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Our Eyes medications contain cost-effective branded medicines and generic alternatives for treating infections of the eye and eyelids, to reduce inflammation and prevent the spread of infection.
You can search for the product you want using the search box by entering either the active ingredient, e.g. Fusidic Acid or the product name, e.g. Fucithalmic Eye Drops.
Eye infections are usually caused by bacteria, but fungi and viruses can also be a cause of eye infections, and these do not respond to antibiotics. Therefore, it is important to know the cause of your eye infection so that you use the correct treatment. Pain and inflammation are common symptoms of all eye infections, and some treatments also contain anti-inflammatory medications.
Conjunctivitis is the most common eye infection and is known as pink eye. It is infection and inflammation of the conjunctiva, which is the thin membrane lining the eyelid and the visible part of the eye. Blepharitis is another common eye infection, where the eyelid becomes infected and swollen. A stye is a red pimple or small lump on the eyelid caused by an infection in the sebaceous gland (oil gland) at the base of an eyelash hair follicle. Keratitis is an infection of the cornea (the clear area at the front of the eye over the lens and pupil), which is often caused by a scratch or an injury.
Common symptoms of most eye infections include redness, pain, swelling, irritation, a sensation of having something in the eye, watery eyes, or sticky discharge.
Medications for treating eye infections include eye drops and eye ointments. These are topical medications that can be applied directly into the eye. The type of medication you use depends on the infection and symptoms you are being treated for and may contain a combination of medicines. Some antibiotics in eye drops and ointments are particularly suitable for topical use, for example, Fusidic acid. Some eye treatments contain a mixture of antibiotics to ensure a broad spectrum of bacteria is targeted. A combination of an antibiotic with a corticosteroid is an effective treatment for an eye infection that has become inflamed.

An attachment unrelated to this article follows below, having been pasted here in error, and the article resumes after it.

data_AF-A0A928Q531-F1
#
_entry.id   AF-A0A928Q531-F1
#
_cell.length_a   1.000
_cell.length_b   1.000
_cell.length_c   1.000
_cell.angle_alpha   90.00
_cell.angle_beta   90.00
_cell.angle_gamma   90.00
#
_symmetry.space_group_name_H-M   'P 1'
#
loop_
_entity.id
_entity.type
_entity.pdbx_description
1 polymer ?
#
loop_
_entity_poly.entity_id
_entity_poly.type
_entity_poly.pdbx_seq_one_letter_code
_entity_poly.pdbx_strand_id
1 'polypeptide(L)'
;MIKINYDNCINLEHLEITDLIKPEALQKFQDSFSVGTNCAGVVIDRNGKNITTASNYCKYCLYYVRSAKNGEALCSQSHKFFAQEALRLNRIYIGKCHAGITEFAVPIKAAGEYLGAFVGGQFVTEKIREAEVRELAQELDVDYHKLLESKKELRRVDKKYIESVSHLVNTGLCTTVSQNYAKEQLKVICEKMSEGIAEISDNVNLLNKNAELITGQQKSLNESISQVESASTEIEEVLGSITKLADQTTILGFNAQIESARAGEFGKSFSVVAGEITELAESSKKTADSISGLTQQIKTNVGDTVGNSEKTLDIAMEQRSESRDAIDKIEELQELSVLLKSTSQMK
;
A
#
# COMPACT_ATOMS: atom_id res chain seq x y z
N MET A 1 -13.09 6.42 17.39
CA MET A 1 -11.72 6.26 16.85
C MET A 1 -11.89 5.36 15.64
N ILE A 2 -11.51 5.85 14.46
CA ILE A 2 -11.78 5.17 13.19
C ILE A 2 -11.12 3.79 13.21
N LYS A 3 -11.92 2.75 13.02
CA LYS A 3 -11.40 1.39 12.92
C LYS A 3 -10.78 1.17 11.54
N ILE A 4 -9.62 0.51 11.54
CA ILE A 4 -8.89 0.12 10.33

(Note: you might be able to get these or an equivalent antibiotic from your doctor as samples in sealed packages)
(Note:These both are smaller pills than the traditional antibiotics above and the number of pills required is much less, but they are more expensive. Use when space is at a premium.)
(These are taken only twice a day, halving the number traditionally required)
(A full course of treatment only requires six doses, but they are VERY expensive.)
Another prescription medication to consider is a topical adrenocortico-steroid. These drugs are used to treat contact dermatitis (ie. poison ivy, oak and sumac), minor burns and sunburn and various other skin irritations. Non-prescription strength Hydrocortisone .5% and 1% is often included in first aid kits. It is very low potency, one reason it is available over the counter, and not much help in a lot of cases. A better choice might be one of the more potent medications in this class of drugs. Triamcinolone cream or ointment .1% or .5% (Aristicort, Kenalog) is much more potent and effective and available as a generic, making it inexpensive. Your doctor may offer other suggestions in this same class of drugs.
Of these, SMZ-TMP and ciprofloxacin have the most duplicate coverage, as do cephalexin and erythromycin. Since the intolerance of erythromycin is much higher than is allergy to cephalexin, I would favour cephalexin. Ciprofloxacin is stronger for intra-abdominal infections than SMZ-TMP, and is less likely to develop resistance. Although its use in children is a bit of a concern due to the question of joint pain (although this is rare), I would favour ciprofloxacin over than SMZ-TMP, even though SMZ-TMP is effective against MRSA. However, when the use of antibiotics is severely curtailed, antibiotic resistance will also decrease, and therefore MRSA will become less of a concern.
Therefore, the top three antibiotics to stockpile would be: